Dec 28, 2014; Baltimore, MD, USA; Baltimore Ravens wide receiver Kamar Aiken (11) is congratulated by quarterback Joe Flacco (5) after scoring a touchdown in the fourth quarter against the Cleveland Browns at M&T Bank Stadium. Mandatory Credit: Evan Habeeb-USA TODAY Sports
The wide receiver position was widely viewed as a weak spot for the Ravens going into the offseason, especially after the loss of Torrey Smith. But with additions in the draft, where do the Ravens’ pass catchers rank in the NFL?
The statistics from last year offer much reason for optimism. Doubt Joe Flacco as much as you’d like, but he and his unheralded group of receivers ranked 6th in pass offense according to Football Outsiders’ DVOA rankings. The only teams ahead of them (in order) were 1. Pittsburgh 2. Green Bay 3. Denver 4. Dallas 5. New England. Pretty good company.
Torrey Smith led all Ravens receivers, ranking 9th in DYAR (Defense-adjusted Yards Above Replacement, more info found here) with 310. This put him ahead of more vaunted receiving threats Alshon Jeffery (13th), Calvin Johnson (16th), A.J. Green (29th) and just behind Demaryius Thomas (8th). Granted, there were some injury concerns, but that certainly factors into a receiver’s value as well.
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Among the other pass catchers on the roster, Steve Smith Sr. checked in at 45th (79 DYAR). Kamar Aiken didn’t catch enough passes to be ranked, but had 106 DYAR, Marlon Brown had 61 DYAR, and Jacoby Jones had 11 DYAR. As for the Tight Ends, Owen Daniels ranked 16th with 49 DYAR, and Crockett Gillmore finished with 20 DYAR in limited action. You add all of that up and you’re looking at a pretty good group of receivers.
So where does that leave the Ravens for this year? The losses of Torrey Smith and Owen Daniels hurts, but they are offset by the additions of Breshad Perriman, Maxx Williams, and dark-horse sleeper TE Nick Boyle. Given Smith’s age (36) and the rookie learning curve, statistical regression should be expected. However, an increased workload and contributions from the other receivers on the roster should be factored in as well.
“To have a successful season, Perriman has to make an impact. But what the Ravens won’t need to do is put too much on the rookie early. They should have the luxury to let Perriman grow into his role and put him into positions where he’ll be able to succeed.”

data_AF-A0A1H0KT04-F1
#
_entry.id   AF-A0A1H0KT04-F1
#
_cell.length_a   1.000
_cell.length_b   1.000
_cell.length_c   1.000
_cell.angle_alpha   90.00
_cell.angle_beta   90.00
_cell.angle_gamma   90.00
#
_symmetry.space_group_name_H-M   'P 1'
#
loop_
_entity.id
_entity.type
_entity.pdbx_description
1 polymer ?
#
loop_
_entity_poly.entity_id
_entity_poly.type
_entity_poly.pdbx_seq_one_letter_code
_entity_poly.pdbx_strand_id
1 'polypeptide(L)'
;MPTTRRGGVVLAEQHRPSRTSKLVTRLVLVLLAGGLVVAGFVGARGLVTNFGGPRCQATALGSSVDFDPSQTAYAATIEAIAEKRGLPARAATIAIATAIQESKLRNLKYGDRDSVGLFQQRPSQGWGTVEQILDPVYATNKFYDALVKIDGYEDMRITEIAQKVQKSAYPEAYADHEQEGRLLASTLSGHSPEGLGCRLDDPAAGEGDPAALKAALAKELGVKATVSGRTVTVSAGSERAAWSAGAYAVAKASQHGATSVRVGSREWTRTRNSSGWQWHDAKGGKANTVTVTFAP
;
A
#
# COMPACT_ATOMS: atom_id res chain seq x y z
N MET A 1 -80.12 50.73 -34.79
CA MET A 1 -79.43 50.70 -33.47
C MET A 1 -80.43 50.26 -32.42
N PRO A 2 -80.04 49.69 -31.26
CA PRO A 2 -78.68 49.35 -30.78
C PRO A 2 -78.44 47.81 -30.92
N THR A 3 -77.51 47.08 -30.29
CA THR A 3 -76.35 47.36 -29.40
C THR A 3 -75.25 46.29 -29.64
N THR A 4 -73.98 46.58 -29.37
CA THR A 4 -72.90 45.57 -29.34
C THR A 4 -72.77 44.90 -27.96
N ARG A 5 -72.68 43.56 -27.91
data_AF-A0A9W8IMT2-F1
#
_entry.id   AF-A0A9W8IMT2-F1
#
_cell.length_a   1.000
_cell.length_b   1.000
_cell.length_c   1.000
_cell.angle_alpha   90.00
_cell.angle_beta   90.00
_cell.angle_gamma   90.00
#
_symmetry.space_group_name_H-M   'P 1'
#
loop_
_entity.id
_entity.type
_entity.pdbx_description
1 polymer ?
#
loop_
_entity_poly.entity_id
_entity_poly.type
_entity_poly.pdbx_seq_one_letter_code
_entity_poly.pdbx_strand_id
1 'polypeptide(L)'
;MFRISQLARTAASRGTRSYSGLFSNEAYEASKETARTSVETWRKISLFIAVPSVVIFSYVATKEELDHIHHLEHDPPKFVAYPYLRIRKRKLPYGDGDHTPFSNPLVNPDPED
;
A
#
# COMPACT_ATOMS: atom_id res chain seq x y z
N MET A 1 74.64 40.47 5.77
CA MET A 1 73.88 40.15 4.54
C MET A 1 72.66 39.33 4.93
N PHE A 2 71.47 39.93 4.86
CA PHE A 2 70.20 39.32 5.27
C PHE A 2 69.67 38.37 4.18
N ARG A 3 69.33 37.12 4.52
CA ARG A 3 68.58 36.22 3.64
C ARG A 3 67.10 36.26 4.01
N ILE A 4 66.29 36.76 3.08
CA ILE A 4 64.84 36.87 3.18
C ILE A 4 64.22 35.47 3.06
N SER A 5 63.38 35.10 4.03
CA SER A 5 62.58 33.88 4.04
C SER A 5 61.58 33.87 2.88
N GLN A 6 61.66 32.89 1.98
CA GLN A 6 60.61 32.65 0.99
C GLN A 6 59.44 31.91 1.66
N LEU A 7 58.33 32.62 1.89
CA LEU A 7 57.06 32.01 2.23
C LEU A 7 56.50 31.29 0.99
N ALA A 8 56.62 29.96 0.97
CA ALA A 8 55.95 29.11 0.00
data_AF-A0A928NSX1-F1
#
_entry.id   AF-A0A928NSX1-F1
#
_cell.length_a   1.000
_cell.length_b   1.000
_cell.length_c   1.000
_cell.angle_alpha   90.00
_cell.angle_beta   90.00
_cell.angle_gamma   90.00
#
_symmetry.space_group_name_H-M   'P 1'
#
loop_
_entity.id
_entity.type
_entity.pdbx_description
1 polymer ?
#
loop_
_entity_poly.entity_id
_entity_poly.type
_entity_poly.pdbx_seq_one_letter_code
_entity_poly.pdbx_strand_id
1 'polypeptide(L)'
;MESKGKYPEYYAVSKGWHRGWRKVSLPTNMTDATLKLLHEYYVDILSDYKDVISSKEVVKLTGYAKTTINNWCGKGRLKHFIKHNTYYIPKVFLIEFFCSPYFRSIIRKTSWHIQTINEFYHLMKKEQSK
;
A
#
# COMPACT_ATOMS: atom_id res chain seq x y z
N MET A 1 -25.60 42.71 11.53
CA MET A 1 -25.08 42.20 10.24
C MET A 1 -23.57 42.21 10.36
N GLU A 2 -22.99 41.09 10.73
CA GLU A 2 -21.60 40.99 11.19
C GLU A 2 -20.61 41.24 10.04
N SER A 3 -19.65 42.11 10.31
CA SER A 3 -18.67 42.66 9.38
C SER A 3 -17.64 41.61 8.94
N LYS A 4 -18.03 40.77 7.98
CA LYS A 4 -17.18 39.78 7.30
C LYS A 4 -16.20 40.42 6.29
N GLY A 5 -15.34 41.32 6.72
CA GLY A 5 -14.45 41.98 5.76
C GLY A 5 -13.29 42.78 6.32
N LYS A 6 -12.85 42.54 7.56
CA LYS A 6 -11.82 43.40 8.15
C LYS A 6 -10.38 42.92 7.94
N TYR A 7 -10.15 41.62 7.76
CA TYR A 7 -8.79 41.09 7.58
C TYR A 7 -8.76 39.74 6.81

–Jeff Zrebiec, Baltimore Sun
The dark horse here is really Kamar Aiken. While playing in a limited role, he still managed a higher DYAR (106) than starter Steve Smith Sr. (79). Though listed on the depth chart behind Perriman, Aiken has been running with the starters in OTAs and is a bit of a darling in insider circles. He really has a chance to contribute in this offense. Don’t be surprised if Aiken splits starting reps with Perriman early in the year and makes it hard for John Harbaugh to push him down the depth chart.
Another name to remember is 6th round pick Darren Waller. At 6’6, 238lbs, the kid is a specimen but is still very raw. He’s got great speed and could eventually pair with Perriman as another deep threat on the outside. This is probably more of a redshirt year for him but he could make an impact down the stretch. DeAndre Carter is another young receiver to watch, but it’s doubtful he cracks the top six receivers on the roster, unless the quadriceps injury to Michael Campanaro causes him to miss valuable training camp snaps.
Bottom line: the Ravens’ receiving corps is deceptively good and with a group of up-and-coming young players, is only looking to get better. Throw into this mix new pass-happy offensive coordinator Marc Trestman, and another top ten passing offense finish is certainly possible, with even higher expectations for the future.